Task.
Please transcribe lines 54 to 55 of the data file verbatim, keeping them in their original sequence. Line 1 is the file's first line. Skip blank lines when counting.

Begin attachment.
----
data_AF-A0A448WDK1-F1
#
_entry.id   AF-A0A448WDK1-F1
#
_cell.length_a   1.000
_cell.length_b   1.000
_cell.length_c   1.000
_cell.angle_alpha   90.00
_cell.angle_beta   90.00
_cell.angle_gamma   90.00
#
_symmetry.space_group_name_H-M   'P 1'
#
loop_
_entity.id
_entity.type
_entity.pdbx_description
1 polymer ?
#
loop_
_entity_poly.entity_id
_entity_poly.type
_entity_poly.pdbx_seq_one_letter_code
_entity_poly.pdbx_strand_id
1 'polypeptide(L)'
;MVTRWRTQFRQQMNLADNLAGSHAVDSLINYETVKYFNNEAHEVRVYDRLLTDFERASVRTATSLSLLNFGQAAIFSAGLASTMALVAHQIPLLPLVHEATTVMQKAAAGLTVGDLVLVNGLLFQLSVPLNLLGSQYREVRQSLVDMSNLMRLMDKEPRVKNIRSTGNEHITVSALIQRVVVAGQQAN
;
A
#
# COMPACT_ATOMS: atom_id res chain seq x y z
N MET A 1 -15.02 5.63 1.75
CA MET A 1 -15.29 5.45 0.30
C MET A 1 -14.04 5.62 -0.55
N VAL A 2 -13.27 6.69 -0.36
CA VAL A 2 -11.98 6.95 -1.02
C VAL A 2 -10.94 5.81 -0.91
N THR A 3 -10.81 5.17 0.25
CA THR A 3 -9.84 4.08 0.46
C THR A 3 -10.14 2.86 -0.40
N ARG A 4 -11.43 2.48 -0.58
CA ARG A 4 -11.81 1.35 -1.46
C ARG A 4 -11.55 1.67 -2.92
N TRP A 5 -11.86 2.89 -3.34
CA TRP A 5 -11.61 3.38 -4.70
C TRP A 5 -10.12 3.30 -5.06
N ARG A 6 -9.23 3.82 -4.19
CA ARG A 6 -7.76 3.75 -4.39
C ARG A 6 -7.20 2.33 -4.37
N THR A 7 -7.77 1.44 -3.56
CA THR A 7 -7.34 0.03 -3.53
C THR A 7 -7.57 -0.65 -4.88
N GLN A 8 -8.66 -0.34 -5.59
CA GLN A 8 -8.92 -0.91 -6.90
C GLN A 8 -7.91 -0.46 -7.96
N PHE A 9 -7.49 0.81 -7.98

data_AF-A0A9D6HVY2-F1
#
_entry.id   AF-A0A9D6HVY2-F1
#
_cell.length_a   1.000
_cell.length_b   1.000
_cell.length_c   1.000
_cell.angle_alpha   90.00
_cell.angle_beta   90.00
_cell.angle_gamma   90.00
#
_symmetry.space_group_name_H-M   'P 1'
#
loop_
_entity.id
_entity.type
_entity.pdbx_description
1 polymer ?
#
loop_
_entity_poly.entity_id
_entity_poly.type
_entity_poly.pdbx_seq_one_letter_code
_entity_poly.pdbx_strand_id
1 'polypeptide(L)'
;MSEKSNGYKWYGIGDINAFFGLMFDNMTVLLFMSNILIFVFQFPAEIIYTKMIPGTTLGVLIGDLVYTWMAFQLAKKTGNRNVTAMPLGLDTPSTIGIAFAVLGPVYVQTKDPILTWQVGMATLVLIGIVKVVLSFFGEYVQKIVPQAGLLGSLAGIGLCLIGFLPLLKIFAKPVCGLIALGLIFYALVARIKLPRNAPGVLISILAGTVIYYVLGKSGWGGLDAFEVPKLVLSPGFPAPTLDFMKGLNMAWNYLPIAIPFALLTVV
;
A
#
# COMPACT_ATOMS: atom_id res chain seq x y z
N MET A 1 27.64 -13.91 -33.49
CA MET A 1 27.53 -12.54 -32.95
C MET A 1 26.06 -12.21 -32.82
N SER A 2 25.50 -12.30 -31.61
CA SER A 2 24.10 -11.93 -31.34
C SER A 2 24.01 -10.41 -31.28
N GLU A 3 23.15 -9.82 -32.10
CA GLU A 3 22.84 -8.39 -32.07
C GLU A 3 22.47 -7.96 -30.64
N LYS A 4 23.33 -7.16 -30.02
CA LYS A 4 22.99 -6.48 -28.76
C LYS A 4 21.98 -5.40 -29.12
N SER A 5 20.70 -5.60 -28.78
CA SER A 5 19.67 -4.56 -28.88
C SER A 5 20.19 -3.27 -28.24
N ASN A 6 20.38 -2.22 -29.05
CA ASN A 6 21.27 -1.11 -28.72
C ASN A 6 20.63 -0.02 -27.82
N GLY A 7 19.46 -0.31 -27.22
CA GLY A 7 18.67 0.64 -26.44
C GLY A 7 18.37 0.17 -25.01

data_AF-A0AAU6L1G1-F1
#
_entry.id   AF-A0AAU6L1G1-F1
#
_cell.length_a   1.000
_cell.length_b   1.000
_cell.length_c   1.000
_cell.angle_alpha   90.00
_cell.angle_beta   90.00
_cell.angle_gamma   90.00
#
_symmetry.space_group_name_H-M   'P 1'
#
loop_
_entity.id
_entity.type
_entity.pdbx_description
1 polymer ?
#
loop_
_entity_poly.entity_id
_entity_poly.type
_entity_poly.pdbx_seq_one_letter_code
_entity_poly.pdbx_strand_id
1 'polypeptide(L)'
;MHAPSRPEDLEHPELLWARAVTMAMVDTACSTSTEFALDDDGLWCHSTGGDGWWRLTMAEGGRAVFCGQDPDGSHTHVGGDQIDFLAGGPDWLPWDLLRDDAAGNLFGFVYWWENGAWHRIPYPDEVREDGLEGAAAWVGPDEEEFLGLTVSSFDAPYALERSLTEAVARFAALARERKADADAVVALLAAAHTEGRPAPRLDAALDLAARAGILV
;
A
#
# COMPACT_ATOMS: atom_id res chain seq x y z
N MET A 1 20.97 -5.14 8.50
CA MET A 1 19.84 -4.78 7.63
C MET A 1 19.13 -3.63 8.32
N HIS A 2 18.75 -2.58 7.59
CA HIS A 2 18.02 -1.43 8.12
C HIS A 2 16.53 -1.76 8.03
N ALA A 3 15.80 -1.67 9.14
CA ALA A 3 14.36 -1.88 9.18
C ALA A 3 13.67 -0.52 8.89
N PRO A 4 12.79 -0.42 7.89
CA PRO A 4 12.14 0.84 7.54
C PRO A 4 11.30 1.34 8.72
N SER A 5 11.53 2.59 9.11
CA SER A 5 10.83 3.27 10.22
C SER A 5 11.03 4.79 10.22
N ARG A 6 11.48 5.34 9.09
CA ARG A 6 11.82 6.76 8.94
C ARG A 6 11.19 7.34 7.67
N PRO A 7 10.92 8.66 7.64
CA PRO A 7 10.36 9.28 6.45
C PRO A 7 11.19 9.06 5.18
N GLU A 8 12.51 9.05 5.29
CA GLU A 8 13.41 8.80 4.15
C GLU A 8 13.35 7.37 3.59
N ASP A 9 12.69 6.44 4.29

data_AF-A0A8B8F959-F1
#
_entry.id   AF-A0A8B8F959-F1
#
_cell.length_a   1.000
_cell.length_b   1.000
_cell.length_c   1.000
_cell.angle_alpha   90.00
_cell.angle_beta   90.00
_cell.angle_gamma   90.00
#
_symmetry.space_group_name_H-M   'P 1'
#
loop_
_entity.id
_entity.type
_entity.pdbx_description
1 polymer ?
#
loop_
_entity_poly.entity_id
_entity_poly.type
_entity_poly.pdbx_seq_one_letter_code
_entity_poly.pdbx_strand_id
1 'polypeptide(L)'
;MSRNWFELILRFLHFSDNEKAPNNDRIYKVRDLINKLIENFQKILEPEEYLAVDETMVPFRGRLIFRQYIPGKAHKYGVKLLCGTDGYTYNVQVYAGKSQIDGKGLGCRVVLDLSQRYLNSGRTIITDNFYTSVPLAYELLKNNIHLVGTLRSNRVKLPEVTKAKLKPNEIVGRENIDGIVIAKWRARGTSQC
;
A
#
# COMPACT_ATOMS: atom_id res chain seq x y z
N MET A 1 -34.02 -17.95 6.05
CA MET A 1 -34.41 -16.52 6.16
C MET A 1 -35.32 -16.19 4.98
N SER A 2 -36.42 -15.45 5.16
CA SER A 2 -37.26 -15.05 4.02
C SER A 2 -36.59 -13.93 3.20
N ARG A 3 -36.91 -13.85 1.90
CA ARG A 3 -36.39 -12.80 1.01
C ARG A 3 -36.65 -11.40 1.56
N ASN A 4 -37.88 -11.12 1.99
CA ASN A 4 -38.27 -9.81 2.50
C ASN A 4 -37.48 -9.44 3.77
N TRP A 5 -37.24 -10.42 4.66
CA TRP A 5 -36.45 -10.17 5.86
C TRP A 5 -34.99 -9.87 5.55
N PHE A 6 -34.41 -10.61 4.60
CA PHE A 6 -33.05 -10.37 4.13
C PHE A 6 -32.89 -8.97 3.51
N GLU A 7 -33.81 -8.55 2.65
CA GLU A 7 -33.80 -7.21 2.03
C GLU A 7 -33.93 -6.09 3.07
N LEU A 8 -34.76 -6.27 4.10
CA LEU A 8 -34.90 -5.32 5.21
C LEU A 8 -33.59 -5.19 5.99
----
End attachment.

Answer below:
C GLN A 8 -7.91 -0.46 -7.96
N PHE A 9 -7.49 0.81 -7.98